Hoping to add their names to Seattle’s growing ranks of successful entrepreneurs, contestants in the University of Washington Business School‘s student business plan competition will vie for $25,000 in seed capital to launch companies that may become the next REI, Visio or Wizards of the Coast.
Following in the footsteps of the UW students-turned-CEOs behind those successful local companies, last year’s winners used the prize money to expand their computer summer camp business and earned $1 million in their first year. Competing for the 1999 prize are 35 teams from four local universities promoting, among other things, a purchasing cooperative for independent funeral homes, online sales of university exams, an afrocentric clothing line and gift packs of coffee from Seattle micro-roasters.
“A lot of the companies end in ‘.com,’ but they’re not necessarily high-tech businesses. In many cases, they’re just using the web as a new avenue for delivering services,” explains professor Gary S. Hansen, director of the UW Business School’s Program in Entrepreneurship and Innovation (PEI), which sponsors the business plan competition. “What we try to teach in our program, and what the competition recognizes, is the ability to identify and seize good opportunities.”
To win, the budding business barons will have to impress some of Seattle’s leading entrepreneurs, investment bankers and venture capitalists. In the investment round of the competition, 50 local business leaders will be given $1,000 “PEI” dollars to invest in the student businesses that most impress them. From display booths around the room, the student competitors will do their best imitations of carnival hawkers and trade-show vendors to attract investors’ attention and money.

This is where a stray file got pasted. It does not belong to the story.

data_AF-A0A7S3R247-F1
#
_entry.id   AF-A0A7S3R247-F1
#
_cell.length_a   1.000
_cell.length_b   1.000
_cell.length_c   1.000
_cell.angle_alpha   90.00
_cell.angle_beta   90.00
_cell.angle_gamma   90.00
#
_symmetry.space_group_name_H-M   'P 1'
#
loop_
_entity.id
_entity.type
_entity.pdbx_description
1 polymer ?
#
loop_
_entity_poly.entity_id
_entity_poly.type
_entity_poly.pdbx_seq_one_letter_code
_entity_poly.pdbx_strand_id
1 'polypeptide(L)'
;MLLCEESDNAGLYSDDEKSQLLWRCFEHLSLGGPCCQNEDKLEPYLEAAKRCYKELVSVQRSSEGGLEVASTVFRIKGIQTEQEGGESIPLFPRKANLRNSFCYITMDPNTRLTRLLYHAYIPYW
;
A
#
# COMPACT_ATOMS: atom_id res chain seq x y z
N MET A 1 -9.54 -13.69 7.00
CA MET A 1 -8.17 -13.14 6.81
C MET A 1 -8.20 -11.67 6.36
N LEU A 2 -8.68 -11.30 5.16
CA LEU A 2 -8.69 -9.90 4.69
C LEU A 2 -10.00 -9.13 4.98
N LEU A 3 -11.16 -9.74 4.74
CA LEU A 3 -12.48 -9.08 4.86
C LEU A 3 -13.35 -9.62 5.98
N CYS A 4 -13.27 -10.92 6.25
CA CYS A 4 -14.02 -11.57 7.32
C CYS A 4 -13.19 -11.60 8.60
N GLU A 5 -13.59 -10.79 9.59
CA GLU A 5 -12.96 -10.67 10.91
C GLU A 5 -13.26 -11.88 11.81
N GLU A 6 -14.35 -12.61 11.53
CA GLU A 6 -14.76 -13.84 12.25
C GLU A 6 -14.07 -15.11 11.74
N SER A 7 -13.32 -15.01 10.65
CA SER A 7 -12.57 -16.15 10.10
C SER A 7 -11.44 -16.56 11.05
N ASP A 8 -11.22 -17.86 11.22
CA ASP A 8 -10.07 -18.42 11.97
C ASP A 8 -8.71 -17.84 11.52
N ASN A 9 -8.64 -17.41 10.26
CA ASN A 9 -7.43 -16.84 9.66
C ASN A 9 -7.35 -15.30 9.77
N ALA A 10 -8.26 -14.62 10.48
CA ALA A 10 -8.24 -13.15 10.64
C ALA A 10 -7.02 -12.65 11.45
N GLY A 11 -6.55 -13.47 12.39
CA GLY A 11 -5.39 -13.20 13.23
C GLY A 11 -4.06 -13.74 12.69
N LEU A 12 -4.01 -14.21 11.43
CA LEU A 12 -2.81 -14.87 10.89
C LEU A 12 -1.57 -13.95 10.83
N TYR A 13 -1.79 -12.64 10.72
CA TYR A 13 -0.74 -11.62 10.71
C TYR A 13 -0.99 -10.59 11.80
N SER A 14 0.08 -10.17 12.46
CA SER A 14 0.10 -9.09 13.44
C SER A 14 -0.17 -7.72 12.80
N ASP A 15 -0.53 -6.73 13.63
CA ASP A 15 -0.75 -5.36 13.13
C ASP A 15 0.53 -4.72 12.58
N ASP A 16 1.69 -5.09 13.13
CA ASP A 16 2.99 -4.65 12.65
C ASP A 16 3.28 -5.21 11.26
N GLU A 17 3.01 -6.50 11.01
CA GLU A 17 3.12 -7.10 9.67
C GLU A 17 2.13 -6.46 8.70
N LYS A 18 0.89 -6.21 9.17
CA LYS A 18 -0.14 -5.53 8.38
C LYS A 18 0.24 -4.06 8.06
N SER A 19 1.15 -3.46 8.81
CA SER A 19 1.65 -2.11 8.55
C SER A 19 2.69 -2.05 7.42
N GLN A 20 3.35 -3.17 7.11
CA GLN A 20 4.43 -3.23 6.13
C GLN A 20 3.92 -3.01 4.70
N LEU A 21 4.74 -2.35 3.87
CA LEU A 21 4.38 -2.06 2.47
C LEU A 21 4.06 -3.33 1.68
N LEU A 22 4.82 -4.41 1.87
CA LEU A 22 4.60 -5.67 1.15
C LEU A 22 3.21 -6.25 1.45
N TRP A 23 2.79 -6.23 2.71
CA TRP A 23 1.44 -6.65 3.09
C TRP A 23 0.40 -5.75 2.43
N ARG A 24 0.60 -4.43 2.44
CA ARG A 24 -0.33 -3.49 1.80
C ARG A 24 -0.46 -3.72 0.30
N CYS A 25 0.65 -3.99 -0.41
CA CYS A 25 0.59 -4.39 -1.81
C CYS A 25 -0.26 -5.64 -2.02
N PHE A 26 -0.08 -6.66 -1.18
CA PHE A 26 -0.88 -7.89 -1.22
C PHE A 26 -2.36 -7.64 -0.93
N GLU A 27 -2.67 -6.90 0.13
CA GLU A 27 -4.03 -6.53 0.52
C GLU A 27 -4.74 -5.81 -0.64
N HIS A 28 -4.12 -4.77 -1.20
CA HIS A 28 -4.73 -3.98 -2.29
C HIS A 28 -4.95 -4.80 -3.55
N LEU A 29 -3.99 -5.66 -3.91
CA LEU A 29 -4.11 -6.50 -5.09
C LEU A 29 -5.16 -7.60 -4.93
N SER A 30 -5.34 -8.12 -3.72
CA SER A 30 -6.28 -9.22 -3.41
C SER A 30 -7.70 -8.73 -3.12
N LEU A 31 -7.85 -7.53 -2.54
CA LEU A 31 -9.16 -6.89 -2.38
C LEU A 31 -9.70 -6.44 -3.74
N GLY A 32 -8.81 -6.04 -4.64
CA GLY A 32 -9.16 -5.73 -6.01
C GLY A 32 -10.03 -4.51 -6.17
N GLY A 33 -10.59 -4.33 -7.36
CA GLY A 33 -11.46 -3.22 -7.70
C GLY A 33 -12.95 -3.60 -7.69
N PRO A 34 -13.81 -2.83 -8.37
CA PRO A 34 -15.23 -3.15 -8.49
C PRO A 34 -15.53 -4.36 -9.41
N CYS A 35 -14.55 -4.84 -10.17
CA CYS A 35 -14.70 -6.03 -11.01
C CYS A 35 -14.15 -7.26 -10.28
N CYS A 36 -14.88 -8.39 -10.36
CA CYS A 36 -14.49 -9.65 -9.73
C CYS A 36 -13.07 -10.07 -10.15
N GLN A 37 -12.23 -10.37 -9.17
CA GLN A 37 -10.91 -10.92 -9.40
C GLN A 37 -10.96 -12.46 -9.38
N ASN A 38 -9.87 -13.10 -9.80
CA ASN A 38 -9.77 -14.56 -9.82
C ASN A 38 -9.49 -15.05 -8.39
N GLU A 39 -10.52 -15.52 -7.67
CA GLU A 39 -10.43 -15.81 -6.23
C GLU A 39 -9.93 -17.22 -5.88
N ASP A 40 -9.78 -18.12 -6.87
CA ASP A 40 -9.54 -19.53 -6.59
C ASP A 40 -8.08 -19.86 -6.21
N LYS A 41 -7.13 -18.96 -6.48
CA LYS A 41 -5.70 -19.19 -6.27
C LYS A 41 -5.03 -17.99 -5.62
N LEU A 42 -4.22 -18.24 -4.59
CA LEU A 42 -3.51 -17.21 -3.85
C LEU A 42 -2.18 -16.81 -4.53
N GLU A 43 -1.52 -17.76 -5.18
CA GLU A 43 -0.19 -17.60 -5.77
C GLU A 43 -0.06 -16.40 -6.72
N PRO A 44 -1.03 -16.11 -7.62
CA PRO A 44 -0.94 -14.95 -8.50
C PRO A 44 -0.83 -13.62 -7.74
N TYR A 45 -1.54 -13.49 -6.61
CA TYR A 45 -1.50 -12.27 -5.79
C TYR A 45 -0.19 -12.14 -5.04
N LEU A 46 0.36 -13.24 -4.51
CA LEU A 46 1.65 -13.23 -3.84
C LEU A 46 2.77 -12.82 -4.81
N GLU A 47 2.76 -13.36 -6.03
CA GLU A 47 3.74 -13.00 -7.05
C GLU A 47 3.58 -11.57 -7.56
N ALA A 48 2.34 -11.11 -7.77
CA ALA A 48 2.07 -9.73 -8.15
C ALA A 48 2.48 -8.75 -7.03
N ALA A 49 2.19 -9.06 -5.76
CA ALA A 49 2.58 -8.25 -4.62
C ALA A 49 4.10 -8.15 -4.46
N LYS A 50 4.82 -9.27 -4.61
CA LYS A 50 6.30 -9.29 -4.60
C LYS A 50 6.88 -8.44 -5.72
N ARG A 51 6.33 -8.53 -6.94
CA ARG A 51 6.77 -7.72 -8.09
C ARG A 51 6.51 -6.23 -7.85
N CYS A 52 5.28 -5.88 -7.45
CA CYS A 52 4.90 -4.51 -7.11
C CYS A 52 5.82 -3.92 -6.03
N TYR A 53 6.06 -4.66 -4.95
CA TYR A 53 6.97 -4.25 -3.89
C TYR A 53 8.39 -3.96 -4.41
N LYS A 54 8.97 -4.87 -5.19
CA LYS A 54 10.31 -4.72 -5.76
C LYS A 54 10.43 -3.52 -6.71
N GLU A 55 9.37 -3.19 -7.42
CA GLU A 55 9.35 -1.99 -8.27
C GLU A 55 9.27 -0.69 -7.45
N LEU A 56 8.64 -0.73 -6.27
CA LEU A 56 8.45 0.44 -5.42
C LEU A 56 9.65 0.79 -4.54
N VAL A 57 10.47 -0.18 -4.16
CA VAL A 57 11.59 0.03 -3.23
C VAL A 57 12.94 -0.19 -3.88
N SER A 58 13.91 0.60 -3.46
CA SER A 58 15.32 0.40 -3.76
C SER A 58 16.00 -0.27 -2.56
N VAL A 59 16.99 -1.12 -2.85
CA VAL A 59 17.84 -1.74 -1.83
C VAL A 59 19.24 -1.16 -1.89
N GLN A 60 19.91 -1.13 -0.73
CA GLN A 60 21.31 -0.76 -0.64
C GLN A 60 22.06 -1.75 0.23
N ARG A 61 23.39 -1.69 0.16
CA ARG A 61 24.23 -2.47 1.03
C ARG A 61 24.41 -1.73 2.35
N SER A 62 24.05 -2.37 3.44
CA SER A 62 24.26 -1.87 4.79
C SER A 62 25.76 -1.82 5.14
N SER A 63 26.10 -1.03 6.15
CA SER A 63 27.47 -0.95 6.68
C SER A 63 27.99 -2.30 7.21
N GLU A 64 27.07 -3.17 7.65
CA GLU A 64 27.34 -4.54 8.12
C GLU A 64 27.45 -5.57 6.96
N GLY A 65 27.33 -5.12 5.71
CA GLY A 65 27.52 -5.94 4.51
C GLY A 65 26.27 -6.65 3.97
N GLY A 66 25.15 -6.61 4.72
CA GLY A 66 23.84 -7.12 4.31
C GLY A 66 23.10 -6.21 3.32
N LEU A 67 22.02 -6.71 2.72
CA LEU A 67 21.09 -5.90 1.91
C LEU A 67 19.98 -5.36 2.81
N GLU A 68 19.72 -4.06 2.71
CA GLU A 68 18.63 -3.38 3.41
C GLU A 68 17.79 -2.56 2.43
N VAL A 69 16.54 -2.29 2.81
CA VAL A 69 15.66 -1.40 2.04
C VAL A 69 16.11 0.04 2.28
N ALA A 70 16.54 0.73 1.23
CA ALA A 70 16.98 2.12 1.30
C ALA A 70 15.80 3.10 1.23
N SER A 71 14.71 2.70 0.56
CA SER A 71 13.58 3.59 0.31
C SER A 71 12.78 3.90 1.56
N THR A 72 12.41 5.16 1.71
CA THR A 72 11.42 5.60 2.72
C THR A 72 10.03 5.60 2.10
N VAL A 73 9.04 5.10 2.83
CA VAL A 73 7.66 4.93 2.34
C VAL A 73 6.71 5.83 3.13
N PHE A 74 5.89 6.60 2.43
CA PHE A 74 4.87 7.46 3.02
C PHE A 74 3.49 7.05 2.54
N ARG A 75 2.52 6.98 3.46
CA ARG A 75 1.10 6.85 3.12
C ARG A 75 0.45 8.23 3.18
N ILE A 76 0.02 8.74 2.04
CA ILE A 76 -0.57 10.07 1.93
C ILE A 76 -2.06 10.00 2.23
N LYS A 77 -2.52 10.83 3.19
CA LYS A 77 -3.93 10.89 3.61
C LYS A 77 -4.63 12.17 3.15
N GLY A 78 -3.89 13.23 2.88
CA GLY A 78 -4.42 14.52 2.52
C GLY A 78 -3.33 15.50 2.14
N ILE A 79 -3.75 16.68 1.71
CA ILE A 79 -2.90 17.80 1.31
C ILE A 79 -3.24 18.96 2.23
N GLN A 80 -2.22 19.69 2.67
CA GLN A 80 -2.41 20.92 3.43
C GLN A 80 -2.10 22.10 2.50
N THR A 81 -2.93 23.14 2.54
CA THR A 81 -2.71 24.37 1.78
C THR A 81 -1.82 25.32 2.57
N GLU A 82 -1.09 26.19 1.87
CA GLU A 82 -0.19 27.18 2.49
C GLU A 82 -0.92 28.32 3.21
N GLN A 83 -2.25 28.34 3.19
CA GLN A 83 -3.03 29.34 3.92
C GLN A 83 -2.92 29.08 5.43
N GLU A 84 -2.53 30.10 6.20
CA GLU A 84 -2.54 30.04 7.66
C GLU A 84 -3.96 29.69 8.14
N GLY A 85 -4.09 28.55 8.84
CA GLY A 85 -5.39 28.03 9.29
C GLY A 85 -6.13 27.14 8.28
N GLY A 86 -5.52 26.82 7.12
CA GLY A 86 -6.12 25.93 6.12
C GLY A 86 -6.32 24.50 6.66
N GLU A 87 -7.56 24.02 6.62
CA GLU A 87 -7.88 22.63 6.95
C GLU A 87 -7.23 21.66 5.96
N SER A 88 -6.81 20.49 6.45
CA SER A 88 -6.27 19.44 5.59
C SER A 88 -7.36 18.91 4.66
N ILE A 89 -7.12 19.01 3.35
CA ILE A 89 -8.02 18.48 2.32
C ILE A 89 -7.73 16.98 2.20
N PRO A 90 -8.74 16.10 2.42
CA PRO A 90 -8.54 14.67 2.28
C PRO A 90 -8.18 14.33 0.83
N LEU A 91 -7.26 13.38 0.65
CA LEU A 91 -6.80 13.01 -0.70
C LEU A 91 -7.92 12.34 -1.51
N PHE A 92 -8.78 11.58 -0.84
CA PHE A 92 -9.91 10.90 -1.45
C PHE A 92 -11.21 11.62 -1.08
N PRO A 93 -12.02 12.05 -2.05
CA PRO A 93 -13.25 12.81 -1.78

The 16 teams that raise the most capital advance to the next round of competition on May 10. Here they present detailed business plans to a panel of judges who will select four teams to compete in the final round. The judges in that round will pick the winners of the $25,000 grand prize and several $5,000 prizes for top contestants in specific business sectors. The list of judges, which reads like a who’s who of successful Seattle entrepreneurs, includes Jeremy Jaech of Visio, David Giuliani of Optiva, Matt Williams of LiveBid.com and Peter Adkison of Wizards of the Coast.
“What sets our competition apart is that our judges are all successful entrepreneurs,” says Connie Bourassa-Shaw, managing director of the Program in Entrepreneurship and Innovation. “The students have to make a business case, not an academic case, because the judges know first hand what it takes to build successful companies.”
If last year’s inaugural competition is any indication, the judges can indeed pick a winner. They awarded the grand prize to Peter Findlay and Alexa Ingram-Cauchi, both UW seniors at the time, who had just launched Computer Adventures. The company, which provides summertime computer classes for children age 8 to 13, earned $1 million its first year and is expected to triple revenues this year as it expands throughout the west.
The goal of the UW’s Program in Entrepreneurship and Innovation is to help launch many more local firms like Computer Adventures. The program links the UW with business leaders in the community to provide undergraduate and graduate training in the basics of entrepreneurship – management, marketing, finance, sales and other skills essential to creating and growing successful new ventures.
For information, contact Bourassa-Shaw at (206) 685-9868 or firstname.lastname@example.org.